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Shocking new research suggests that over 1.8 million of primary school kids, ages 6 – 11, have sent sexually explicit messages on apps such as Facebook and Snapchat.

The same study found a further fifth have received rude or risky messages or even sexually explicit photographs.

Despite these alarming stats, two thirds of parents are not worried about what their children could be exposed to on their smart devices.

Almost a fifth of parents do not monitor what their children do online at all.

Data revealed girls were more likely to be caught sexting, with one in six sending rude messages, compared to just one in twenty boys.

Mobile phone insurance firm commissioned the research, which revealed that almost half of six to eleven-year-olds have been exposed to foul language online.

On average, parents said they planned to speak with their kids about online security when they were nine.

But the fresh findings suggest that one in six children had already been exposed to harmful materials by the time they reached that age.

When asked about what apps parents were most concerned about their child using, Facebook was listed as the most worrying with 42 per cent expressing concern.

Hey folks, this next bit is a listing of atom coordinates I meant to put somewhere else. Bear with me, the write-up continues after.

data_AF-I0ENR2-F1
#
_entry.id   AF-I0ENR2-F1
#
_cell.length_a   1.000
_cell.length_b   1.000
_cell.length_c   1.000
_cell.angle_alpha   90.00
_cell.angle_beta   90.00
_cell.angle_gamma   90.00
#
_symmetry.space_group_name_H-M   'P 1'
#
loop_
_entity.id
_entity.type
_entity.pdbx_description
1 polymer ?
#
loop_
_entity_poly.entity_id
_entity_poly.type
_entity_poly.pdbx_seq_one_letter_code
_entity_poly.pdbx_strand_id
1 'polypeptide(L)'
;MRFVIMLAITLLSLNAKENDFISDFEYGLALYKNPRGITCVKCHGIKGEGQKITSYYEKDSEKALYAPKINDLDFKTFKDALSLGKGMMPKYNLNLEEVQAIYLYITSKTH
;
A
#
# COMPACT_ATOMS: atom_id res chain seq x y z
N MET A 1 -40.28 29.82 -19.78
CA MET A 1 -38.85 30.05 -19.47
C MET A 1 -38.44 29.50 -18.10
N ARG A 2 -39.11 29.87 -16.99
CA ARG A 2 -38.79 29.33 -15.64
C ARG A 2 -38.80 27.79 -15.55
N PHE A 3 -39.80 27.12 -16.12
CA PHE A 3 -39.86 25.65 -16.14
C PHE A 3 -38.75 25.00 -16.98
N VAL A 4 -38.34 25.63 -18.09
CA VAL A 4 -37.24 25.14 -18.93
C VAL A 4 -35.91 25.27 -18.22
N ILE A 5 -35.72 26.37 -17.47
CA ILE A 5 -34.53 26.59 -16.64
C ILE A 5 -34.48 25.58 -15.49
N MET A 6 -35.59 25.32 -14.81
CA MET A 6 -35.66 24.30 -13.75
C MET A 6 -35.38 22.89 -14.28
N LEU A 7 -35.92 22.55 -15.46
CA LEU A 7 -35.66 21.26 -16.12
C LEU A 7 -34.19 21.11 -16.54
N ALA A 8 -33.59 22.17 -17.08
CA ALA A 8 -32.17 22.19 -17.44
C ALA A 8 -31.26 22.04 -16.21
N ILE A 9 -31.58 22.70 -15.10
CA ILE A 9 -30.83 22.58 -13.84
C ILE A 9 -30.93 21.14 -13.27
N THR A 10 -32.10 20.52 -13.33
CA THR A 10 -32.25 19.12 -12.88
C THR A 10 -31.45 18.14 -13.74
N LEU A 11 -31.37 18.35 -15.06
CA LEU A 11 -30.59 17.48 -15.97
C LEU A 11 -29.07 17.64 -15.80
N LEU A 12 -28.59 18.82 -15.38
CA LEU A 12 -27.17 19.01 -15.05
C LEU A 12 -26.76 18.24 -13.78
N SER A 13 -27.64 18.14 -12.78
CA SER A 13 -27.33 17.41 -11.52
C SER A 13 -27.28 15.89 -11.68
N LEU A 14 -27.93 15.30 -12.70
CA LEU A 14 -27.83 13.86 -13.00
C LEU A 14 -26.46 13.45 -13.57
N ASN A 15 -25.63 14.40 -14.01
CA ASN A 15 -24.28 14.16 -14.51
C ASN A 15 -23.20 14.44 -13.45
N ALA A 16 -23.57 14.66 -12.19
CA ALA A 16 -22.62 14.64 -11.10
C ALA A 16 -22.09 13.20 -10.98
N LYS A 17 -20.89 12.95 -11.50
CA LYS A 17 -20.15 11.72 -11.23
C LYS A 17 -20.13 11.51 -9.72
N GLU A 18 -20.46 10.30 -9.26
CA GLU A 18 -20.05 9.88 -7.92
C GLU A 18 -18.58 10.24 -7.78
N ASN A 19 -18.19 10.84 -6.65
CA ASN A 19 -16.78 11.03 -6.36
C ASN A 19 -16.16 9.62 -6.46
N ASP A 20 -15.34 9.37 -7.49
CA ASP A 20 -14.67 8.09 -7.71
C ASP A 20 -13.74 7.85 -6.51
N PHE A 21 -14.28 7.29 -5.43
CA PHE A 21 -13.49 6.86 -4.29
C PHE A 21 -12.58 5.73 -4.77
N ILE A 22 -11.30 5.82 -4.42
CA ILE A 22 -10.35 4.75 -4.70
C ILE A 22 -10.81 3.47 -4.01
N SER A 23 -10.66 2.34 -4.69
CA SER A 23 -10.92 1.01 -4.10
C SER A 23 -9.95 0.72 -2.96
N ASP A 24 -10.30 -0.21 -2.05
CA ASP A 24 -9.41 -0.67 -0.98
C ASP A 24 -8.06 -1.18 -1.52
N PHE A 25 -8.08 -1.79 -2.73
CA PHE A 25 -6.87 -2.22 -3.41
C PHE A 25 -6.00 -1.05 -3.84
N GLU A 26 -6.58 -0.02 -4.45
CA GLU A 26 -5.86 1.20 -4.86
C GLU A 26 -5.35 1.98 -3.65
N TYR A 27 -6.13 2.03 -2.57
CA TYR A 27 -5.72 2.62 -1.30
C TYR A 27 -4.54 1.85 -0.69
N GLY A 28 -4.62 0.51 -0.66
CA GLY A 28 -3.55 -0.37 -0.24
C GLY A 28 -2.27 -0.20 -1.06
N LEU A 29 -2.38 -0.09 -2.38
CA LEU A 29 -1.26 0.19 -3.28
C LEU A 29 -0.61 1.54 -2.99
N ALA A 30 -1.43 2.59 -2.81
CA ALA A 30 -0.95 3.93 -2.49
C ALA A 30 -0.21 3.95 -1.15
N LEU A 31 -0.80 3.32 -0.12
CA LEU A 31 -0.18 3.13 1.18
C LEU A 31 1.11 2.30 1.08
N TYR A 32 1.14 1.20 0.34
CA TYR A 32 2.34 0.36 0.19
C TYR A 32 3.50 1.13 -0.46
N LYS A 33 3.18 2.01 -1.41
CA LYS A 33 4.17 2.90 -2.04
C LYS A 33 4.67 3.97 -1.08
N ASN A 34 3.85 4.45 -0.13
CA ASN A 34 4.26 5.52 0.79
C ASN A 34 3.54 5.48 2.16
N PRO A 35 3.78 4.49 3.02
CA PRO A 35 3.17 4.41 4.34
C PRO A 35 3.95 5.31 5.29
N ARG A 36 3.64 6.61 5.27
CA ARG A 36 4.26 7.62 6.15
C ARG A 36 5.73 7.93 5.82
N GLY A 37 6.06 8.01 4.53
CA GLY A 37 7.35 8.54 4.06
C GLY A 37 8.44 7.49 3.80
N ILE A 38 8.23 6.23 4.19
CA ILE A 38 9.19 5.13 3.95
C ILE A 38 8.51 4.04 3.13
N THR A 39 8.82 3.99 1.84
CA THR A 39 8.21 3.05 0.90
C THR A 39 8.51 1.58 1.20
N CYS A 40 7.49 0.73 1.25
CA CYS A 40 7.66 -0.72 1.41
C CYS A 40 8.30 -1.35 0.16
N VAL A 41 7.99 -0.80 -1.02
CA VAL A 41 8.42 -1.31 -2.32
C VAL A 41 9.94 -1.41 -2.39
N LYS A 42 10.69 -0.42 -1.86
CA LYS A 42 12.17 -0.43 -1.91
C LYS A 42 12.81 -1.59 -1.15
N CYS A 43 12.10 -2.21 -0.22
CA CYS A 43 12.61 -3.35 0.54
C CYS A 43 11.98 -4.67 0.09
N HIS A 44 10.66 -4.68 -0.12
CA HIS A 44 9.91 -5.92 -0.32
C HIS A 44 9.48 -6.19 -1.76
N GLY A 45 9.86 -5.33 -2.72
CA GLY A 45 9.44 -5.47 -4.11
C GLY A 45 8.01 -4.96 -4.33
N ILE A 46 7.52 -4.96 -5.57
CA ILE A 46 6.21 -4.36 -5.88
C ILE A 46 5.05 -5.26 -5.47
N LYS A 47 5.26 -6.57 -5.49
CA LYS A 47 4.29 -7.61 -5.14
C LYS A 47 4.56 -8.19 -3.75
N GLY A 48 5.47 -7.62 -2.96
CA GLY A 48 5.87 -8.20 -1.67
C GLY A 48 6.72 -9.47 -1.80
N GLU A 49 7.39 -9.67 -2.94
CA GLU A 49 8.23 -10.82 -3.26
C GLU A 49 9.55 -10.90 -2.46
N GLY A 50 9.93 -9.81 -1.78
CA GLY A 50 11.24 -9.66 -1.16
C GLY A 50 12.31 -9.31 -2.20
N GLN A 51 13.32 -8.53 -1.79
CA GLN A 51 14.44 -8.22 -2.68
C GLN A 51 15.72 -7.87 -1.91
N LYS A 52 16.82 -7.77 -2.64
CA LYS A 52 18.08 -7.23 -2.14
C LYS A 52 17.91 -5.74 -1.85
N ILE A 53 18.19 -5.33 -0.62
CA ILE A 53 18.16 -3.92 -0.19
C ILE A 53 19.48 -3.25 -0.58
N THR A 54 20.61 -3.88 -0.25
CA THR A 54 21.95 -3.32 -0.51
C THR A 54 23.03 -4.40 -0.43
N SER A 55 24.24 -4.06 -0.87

Facebook was followed by Snapchat, Instagram, Facebook Messenger and YouTube as the most worrisome apps.

Meanwhile online platforms such as Xbox, PlayStation and Minecraft were amongst the least concerning.

The survey also found that the average parent planned to speak with their child about sex at age ten.

Worryingly, seven per cent of parents admitted they aren't planning on speaking to them about sex at all, that number jumped to ten per cent when just asking dads.

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2,000 parents of 6-14 year olds surveyed. Full survey data can be sent. It has also been put into easy-read and valuable graphs on - please consider linking to it in any article.

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